Thursday 29 April 2010

MarkLogic: XQuery - Creating XML Elements and Attributes programmatically

In the past, I've written XQuery modules which populate a particular sequence of elements in order (adding in the relevant values and returning the result). I had a brief discussion with Philip Fennell today who informed me of a useful aspect of XQuery: Element and Attribute constructors.

Below is an example of how they can be used with MarkLogic - hopefully useful if you want to generate sequences from the raw components: name and value pairs:

MarkLogic: XQuery Function Overloading

I remember seeing in a few places that XQuery doesn't support function overloading. I also remember seeing examples where function overloading is used.

This simplistic example shows overloading at work - as written for MarkLogic (although the example could be easily modified for eXist:

Tuesday 27 April 2010

MarkLogic: Viewing Installed Modules on a Server

The format for this is:

Another useful trick for getting a list of installed modules - suggested by Lee Pollington - is to use cts:uri-match. You'll need to enable the URI lexicon to make this one work:

Thursday 22 April 2010

MarkLogic: Dump the XML Configuration of a given Database in cq/DQ

Useful if you want to dump the current database settings as an XML doc; open cq/DQ, set your source and run this against a specific database to get the XML configuration settings back from MarkLogic

MarkLogic: Managing "slow" document delete times

I ran into a problem where a process ingests a lot of documents into MarkLogic on a fairly regular basis. One of the modes of this particular process is to run a "full" delete of all directories in a given area of the database and to re-ingest.

The problem we were noticing is that deletion of this folder was timing out, which in turn was causing major server performance issues, which led to a lot of "let's restart the server and see what happens" comments.

Briefly, the setup was a directory with a significant number of child directories, with each directory containing 10,000 XML documents or less. Attempting to delete any of the child folders in their entiriety (like so) would cause a timeout:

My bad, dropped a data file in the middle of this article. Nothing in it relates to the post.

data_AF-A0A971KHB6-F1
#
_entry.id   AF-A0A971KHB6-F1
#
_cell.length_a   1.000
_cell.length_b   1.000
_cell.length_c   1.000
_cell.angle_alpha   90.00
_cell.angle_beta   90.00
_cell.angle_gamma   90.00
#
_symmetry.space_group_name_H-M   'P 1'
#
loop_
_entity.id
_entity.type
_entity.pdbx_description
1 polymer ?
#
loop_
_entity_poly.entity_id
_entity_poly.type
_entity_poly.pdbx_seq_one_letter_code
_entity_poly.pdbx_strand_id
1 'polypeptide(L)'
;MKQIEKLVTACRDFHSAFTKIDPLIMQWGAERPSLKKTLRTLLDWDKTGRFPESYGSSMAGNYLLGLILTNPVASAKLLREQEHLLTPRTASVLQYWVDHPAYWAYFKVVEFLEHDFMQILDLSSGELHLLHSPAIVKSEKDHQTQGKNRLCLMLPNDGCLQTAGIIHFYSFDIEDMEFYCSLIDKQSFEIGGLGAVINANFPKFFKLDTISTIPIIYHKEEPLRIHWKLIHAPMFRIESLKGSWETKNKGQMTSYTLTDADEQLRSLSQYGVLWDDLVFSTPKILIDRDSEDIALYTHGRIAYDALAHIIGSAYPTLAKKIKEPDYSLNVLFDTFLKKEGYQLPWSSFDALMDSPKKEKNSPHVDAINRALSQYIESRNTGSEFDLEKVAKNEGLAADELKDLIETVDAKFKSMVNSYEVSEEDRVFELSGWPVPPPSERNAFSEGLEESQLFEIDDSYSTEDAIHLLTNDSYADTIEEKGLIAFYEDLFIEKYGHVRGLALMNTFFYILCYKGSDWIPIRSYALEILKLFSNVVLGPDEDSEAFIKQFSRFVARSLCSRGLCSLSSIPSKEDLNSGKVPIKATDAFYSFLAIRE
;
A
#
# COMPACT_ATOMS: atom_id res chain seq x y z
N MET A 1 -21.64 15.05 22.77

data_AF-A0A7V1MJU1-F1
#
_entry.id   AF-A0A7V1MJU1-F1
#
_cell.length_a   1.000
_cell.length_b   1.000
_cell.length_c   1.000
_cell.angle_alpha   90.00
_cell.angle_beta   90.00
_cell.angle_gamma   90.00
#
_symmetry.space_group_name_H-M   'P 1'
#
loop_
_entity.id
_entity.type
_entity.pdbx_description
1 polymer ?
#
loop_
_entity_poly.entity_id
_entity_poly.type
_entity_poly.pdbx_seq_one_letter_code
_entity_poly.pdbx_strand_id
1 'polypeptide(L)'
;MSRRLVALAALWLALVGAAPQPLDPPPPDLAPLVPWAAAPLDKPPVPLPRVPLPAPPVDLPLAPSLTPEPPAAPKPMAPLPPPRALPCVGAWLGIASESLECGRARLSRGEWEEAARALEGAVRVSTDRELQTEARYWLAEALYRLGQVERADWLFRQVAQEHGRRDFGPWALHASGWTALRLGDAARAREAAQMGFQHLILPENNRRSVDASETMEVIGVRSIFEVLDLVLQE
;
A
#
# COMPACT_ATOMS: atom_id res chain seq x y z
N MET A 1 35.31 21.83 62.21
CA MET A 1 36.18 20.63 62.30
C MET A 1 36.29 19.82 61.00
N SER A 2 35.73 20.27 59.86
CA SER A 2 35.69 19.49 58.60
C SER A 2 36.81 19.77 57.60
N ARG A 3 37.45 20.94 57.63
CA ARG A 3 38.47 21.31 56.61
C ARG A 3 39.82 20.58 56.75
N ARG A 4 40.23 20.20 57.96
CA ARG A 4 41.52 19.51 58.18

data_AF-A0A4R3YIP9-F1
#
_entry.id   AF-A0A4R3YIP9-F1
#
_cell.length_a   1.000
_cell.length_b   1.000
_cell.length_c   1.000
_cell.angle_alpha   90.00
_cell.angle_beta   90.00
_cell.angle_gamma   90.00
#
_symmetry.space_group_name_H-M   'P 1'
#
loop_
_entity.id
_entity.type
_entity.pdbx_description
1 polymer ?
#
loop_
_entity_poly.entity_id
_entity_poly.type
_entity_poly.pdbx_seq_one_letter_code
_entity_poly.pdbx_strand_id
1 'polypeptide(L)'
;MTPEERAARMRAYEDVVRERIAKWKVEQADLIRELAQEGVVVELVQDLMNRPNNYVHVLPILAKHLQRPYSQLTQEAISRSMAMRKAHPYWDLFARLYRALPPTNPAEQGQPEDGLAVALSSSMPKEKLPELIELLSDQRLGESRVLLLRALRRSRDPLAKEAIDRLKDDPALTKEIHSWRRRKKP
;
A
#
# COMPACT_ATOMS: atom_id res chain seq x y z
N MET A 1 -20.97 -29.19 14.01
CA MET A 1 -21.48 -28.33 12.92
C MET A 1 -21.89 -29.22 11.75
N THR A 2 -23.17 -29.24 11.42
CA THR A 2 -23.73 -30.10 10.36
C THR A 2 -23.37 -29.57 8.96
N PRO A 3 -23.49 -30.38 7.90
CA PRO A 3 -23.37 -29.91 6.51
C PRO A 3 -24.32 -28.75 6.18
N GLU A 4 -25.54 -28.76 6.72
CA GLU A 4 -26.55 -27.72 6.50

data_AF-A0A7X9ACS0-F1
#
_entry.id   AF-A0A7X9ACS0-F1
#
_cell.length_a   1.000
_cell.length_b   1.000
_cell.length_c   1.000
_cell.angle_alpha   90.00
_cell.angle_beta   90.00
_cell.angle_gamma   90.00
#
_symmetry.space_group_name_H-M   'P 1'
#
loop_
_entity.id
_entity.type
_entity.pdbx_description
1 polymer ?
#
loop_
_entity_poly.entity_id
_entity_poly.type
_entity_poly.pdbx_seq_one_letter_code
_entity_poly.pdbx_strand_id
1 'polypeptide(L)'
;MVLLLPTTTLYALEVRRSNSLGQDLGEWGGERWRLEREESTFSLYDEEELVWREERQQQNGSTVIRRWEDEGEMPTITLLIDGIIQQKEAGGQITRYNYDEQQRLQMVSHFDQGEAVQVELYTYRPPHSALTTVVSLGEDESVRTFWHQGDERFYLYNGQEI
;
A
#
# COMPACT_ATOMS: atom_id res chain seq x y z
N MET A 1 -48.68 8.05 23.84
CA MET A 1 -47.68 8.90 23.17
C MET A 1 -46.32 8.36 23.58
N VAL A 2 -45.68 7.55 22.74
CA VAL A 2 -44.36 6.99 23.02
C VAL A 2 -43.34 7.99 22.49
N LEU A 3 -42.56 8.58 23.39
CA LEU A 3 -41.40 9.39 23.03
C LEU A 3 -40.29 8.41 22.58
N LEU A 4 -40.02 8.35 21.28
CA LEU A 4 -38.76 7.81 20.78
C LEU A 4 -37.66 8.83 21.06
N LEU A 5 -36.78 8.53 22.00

I found that doing this did seem to work (at least, it did for a folder containing 10,000 items):

However for each child directory (and there were *well* over 100), each one took 2-3 minutes to delete - which meant an ingestion process with an existing clearing of folders would have to take over 6 hours just managing those deletes.

I found this gem of a post on MarkMail:

And I discovered that a default setting on creation of a new database meant slow batch deletes.

Changing Directory Creation from the default 'automatic' to 'manual' led to almost instant bulk deletes and allowed me to delete the entire folder structure without timing out. In essence this setting seems to allow the delete to use the indexes, which means the files can be removed very quickly.

There are some caveats, so I'd recommend reading the article first before deciding whether this process could be suitable for your situation.

Hope this helps someone else experiencing the same problem.

Saturday 10 April 2010

MarkLogic (x64) install on Ubuntu 10.4

The following steps were required:

Friday 9 April 2010

MarkLogic: Techniques for querying in-memory fragments using cts:contains

This snippet demonstrates the use of cts:contains and cts:element-attribute-word-query on an in-memory fragment (something that has been stored in the Expanded Tree Cache using a let statement):

To really add power to the search, you can use cts:contains with a cts:and-query. For this example, I want to return link(s) with a class of featured and a rel containing the value "video":

This last example demonstrates the use of an additional cts:or-query. This example creates a list of featured videos and documentation. Using the 'or' query will return any links that have the "featured" class attribute and have a rel of "video" or "pdf":

xquery version '1.0-ml';

let $x :=
Mark Logic Application Builder
Mark Logic Application Builder
Mark Logic Corporation